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The burnished trophies were oozing into a molten pool.
The air conditioners, paid for with bake sales and door-to-door fund drives, were long gone.
O'Neal and a friend repeatedly objected to the school board and ultimately filed a lawsuit against school officials in federal court.
And when they lost, O'Neal began writing letters to the federal government.
Even now, having retreated to the pinewoods where he initially earned a living as a logger, he clenches his fist at Till's memory. "I guess I was like Daniel [in the Bible], running away from the job that God had for me, but God pulled me back," says O'Neal, whose lean limbs remain roped with the muscles of his logging years. There, in the reddish brown house on the right, is where Carol James' mother lives.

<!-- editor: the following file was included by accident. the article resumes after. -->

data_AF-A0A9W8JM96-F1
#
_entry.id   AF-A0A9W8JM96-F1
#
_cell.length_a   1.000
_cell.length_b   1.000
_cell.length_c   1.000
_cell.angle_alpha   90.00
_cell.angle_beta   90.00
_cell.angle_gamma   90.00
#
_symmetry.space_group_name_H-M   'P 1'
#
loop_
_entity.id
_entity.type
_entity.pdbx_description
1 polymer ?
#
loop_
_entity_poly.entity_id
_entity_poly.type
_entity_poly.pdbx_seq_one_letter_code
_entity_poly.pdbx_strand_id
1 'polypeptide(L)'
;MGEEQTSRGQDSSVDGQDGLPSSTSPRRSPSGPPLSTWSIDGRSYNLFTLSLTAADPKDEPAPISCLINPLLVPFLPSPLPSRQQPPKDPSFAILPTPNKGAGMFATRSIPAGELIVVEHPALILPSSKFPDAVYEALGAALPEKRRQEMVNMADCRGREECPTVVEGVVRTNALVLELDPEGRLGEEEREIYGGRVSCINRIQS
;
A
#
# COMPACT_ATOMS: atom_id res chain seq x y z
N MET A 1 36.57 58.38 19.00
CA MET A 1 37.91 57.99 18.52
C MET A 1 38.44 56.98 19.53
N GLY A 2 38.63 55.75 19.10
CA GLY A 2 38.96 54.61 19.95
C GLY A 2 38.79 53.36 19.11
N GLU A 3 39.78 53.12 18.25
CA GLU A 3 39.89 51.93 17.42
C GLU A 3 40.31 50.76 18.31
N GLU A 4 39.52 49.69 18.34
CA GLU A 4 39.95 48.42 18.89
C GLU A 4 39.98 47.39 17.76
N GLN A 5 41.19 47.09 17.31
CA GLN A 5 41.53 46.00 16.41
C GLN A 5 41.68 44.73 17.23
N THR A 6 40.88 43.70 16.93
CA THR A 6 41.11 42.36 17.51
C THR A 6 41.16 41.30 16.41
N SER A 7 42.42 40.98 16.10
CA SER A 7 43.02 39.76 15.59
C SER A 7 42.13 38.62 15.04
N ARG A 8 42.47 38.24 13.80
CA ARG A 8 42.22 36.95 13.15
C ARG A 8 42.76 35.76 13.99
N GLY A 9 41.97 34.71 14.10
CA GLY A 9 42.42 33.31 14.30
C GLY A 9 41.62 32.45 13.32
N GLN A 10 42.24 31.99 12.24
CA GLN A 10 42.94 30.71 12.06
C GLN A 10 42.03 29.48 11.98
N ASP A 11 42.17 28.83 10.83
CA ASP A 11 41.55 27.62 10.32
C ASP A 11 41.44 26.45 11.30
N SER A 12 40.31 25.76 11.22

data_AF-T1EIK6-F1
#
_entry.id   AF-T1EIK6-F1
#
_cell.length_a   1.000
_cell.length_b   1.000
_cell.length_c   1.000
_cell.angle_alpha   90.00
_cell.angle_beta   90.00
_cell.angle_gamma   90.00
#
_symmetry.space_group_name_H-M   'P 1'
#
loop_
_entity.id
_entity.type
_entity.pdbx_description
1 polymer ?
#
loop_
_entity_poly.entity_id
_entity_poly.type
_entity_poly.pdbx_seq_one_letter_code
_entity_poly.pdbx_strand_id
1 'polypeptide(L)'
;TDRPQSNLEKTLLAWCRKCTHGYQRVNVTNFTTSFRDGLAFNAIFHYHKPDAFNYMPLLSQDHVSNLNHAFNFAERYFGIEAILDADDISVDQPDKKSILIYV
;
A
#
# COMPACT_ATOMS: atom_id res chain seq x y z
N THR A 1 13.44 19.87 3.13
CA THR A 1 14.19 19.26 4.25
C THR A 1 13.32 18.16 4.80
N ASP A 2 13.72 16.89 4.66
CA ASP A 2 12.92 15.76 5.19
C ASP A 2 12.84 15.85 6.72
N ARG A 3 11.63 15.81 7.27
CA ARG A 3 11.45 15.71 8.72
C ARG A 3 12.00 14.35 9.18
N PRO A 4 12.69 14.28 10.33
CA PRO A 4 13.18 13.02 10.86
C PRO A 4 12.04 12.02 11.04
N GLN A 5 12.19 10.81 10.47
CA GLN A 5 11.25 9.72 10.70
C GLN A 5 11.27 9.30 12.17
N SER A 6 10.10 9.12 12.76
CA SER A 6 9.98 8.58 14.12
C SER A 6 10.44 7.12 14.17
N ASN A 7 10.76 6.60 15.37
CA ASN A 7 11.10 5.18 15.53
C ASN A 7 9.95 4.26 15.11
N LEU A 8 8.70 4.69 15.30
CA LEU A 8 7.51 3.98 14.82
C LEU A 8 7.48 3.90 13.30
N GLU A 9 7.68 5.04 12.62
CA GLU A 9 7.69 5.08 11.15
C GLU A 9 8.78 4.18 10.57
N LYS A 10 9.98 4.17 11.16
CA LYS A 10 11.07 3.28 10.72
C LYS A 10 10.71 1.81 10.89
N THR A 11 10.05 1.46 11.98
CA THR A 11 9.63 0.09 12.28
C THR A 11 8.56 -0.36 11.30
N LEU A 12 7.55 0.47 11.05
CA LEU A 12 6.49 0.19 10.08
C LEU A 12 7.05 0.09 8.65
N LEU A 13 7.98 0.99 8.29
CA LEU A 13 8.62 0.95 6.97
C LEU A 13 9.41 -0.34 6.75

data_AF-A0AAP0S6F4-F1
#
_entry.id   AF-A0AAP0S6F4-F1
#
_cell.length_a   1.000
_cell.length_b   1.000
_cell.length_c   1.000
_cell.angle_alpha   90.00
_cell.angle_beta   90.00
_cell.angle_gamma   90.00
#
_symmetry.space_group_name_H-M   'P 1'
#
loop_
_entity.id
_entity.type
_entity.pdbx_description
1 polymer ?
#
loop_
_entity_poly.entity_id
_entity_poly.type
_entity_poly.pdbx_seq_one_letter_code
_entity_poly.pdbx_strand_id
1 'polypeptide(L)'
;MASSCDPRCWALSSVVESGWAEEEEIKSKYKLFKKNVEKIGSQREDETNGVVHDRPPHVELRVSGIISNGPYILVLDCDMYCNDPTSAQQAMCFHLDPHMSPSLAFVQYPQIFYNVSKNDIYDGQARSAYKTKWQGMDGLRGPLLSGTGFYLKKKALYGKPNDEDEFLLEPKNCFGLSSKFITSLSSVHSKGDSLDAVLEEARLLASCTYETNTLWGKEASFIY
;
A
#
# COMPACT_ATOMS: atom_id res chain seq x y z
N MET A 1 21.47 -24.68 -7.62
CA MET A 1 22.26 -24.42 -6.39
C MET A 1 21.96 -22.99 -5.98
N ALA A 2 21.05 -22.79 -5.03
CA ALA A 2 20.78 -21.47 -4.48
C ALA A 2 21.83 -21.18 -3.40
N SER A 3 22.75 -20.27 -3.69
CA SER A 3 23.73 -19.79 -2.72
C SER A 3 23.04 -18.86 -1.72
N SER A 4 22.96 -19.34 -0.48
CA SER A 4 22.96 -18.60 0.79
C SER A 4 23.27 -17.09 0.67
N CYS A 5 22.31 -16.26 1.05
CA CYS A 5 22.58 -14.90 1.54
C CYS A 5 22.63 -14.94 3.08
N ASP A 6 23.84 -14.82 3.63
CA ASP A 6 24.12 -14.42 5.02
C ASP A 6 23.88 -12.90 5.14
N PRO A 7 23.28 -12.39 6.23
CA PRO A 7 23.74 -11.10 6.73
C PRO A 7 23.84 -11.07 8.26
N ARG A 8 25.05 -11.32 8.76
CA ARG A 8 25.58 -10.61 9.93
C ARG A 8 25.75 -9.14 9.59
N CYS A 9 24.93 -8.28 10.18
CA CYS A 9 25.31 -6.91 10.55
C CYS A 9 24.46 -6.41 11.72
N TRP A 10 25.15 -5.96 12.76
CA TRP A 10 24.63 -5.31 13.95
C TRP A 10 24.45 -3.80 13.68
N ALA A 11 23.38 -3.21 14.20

It is lush and undulating land spliced by the bass-rich waters of the Little Tallapoosa River.
High school boys sometimes head into the woods with their rifles before school and have been known to attend class in their bloodied camouflage.
Now 33, James left long ago for Las Vegas, where she is a nurse.
But she has not forgotten what she says Humphries told her when she asked him why he chose a white girl with less experience than herself to be the cheerleading captain.